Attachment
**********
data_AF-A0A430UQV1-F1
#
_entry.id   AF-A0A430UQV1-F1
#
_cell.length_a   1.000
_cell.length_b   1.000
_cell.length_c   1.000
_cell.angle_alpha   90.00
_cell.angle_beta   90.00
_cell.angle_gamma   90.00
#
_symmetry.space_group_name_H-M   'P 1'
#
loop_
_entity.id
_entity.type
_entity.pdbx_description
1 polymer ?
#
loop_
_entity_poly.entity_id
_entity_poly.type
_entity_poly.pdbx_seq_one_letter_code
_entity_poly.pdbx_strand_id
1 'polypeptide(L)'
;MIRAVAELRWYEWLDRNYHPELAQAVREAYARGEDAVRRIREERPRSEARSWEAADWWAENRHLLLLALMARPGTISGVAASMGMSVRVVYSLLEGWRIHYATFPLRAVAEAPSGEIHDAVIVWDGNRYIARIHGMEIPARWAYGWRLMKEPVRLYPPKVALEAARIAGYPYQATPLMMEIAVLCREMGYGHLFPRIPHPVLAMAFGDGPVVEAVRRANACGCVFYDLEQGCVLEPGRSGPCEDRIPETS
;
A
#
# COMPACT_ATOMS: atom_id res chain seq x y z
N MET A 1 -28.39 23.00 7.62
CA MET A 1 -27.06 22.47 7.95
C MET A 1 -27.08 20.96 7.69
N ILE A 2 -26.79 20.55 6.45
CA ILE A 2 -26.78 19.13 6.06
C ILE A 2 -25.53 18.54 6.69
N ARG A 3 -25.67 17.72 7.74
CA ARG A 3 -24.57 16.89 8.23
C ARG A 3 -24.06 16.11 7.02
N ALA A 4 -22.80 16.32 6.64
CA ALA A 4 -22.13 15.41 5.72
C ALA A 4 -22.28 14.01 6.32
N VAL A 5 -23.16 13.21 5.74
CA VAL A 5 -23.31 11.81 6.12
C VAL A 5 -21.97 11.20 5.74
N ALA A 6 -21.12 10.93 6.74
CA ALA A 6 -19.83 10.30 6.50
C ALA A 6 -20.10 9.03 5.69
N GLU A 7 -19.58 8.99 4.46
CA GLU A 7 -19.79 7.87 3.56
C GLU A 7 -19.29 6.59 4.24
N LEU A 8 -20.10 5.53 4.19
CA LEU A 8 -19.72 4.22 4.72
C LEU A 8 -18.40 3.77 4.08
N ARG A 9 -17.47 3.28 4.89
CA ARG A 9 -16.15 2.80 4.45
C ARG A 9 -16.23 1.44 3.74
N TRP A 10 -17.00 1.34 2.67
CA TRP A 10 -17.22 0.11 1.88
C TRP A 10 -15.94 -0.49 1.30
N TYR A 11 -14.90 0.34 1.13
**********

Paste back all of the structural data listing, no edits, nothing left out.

data_AF-A0A430UQV1-F1
#
_entry.id   AF-A0A430UQV1-F1
#
_cell.length_a   1.000
_cell.length_b   1.000
_cell.length_c   1.000
_cell.angle_alpha   90.00
_cell.angle_beta   90.00
_cell.angle_gamma   90.00
#
_symmetry.space_group_name_H-M   'P 1'
#
loop_
_entity.id
_entity.type
_entity.pdbx_description
1 polymer ?
#
loop_
_entity_poly.entity_id
_entity_poly.type
_entity_poly.pdbx_seq_one_letter_code
_entity_poly.pdbx_strand_id
1 'polypeptide(L)'
;MIRAVAELRWYEWLDRNYHPELAQAVREAYARGEDAVRRIREERPRSEARSWEAADWWAENRHLLLLALMARPGTISGVAASMGMSVRVVYSLLEGWRIHYATFPLRAVAEAPSGEIHDAVIVWDGNRYIARIHGMEIPARWAYGWRLMKEPVRLYPPKVALEAARIAGYPYQATPLMMEIAVLCREMGYGHLFPRIPHPVLAMAFGDGPVVEAVRRANACGCVFYDLEQGCVLEPGRSGPCEDRIPETS
;
A
#
# COMPACT_ATOMS: atom_id res chain seq x y z
N MET A 1 -28.39 23.00 7.62
CA MET A 1 -27.06 22.47 7.95
C MET A 1 -27.08 20.96 7.69
N ILE A 2 -26.79 20.55 6.45
CA ILE A 2 -26.78 19.13 6.06
C ILE A 2 -25.53 18.54 6.69
N ARG A 3 -25.67 17.72 7.74
CA ARG A 3 -24.57 16.89 8.23
C ARG A 3 -24.06 16.11 7.02
N ALA A 4 -22.80 16.32 6.64
CA ALA A 4 -22.13 15.41 5.72
C ALA A 4 -22.28 14.01 6.32
N VAL A 5 -23.16 13.21 5.74
CA VAL A 5 -23.31 11.81 6.12
C VAL A 5 -21.97 11.20 5.74
N ALA A 6 -21.12 10.93 6.74
CA ALA A 6 -19.83 10.30 6.50
C ALA A 6 -20.10 9.03 5.69
N GLU A 7 -19.58 8.99 4.46
CA GLU A 7 -19.79 7.87 3.56
C GLU A 7 -19.29 6.59 4.24
N LEU A 8 -20.10 5.53 4.19
CA LEU A 8 -19.72 4.22 4.72
C LEU A 8 -18.40 3.77 4.08
N ARG A 9 -17.47 3.28 4.89
CA ARG A 9 -16.15 2.80 4.45
C ARG A 9 -16.23 1.44 3.74
N TRP A 10 -17.00 1.34 2.67
CA TRP A 10 -17.22 0.11 1.88
C TRP A 10 -15.94 -0.49 1.30
N TYR A 11 -14.90 0.34 1.13